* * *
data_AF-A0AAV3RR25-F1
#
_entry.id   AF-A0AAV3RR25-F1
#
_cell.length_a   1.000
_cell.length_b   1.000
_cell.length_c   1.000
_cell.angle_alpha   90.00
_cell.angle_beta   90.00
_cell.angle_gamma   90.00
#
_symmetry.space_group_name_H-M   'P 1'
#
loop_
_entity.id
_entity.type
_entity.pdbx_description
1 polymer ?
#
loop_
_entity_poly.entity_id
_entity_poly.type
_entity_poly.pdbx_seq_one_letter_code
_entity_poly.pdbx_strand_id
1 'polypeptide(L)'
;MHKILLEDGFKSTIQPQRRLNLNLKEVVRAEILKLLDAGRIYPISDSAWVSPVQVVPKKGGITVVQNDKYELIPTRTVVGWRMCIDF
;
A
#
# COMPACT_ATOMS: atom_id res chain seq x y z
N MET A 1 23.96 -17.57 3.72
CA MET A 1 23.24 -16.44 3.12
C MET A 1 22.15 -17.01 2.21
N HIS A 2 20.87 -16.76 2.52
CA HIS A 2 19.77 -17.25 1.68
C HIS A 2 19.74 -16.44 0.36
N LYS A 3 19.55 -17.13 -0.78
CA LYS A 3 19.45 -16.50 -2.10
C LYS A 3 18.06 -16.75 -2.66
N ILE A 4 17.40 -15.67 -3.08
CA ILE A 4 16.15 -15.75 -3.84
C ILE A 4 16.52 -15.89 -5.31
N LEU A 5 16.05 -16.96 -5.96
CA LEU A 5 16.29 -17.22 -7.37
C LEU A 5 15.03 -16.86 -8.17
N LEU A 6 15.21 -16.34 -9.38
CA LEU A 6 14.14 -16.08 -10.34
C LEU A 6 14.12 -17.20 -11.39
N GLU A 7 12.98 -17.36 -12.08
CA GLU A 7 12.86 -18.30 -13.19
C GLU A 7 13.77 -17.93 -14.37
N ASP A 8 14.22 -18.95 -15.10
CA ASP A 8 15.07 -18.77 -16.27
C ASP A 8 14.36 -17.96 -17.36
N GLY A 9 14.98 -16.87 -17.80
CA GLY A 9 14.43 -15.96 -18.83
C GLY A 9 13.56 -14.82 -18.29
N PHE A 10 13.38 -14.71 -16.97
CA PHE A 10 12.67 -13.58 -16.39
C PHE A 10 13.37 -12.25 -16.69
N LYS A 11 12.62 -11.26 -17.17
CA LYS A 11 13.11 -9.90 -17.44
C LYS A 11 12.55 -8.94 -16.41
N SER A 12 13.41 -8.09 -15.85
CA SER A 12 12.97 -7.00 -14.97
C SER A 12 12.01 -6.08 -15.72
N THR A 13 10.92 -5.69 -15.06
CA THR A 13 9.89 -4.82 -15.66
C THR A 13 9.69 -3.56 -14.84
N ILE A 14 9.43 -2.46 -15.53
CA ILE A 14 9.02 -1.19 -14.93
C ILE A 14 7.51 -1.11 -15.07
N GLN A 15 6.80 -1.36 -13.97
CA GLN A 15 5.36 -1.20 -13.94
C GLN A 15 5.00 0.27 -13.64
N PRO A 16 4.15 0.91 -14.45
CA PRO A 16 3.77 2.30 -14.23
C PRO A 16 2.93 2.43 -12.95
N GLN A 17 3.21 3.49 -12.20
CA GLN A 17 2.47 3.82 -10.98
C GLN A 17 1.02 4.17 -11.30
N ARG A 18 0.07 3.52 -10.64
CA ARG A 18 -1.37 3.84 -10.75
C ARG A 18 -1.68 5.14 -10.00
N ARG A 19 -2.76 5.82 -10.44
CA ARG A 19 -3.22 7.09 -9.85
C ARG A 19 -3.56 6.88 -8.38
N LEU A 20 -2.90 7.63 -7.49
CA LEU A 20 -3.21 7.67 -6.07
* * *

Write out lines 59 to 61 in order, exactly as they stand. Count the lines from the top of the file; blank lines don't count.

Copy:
CA PHE A 10 12.67 -13.58 -16.39
C PHE A 10 13.37 -12.25 -16.69
N LYS A 11 12.62 -11.26 -17.17